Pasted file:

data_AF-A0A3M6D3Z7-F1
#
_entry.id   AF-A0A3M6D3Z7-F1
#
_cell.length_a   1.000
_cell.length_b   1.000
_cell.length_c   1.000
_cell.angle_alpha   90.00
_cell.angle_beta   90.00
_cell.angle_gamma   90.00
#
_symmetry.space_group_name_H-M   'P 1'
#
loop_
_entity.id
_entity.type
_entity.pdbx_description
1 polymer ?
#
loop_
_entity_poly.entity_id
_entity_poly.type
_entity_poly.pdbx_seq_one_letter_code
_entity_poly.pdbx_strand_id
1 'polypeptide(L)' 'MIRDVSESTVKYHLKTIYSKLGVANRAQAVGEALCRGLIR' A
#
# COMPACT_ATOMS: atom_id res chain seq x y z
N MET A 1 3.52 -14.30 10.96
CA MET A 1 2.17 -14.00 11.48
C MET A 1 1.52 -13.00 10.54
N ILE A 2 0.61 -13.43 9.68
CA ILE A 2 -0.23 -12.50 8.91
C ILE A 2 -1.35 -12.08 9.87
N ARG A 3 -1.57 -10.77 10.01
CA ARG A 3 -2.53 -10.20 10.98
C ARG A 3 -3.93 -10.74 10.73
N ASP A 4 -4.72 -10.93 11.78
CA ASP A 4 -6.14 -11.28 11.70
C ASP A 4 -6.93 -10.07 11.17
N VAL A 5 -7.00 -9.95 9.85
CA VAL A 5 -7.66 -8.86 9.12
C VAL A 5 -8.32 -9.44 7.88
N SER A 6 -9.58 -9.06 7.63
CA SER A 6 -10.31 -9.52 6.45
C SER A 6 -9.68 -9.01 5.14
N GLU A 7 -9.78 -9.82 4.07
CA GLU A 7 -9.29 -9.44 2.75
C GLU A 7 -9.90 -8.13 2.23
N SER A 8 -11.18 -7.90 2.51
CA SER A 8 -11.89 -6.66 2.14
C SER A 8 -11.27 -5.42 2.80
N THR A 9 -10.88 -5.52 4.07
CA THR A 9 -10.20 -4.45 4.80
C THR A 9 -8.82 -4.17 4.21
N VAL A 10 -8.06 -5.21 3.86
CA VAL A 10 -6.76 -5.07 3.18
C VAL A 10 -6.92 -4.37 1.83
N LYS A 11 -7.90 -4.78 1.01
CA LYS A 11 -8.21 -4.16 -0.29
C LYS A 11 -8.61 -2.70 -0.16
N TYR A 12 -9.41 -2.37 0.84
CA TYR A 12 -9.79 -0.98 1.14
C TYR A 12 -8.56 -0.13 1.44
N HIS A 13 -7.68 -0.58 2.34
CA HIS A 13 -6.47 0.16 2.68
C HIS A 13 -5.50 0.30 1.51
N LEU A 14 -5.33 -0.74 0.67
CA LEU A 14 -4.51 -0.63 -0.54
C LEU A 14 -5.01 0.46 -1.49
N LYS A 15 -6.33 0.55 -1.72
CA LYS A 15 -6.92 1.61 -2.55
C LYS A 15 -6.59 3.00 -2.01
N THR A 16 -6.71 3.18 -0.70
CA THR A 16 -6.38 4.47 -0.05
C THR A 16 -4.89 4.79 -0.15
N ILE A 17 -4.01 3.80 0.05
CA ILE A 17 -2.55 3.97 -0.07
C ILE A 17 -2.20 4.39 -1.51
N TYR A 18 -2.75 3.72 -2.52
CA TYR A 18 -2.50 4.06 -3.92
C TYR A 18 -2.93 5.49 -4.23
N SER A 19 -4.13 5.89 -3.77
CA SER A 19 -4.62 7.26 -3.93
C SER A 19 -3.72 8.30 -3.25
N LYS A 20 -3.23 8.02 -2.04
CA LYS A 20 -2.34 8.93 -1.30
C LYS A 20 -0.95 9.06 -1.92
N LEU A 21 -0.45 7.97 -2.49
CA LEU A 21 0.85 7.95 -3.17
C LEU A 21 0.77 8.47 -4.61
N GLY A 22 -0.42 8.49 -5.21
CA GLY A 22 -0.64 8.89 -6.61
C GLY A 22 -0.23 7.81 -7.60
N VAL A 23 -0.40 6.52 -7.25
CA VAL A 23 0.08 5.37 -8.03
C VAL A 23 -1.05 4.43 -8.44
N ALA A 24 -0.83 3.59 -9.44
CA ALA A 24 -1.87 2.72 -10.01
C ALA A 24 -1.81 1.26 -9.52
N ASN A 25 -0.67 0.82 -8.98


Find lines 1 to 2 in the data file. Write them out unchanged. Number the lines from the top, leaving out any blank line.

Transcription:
data_AF-A0A3M6D3Z7-F1
#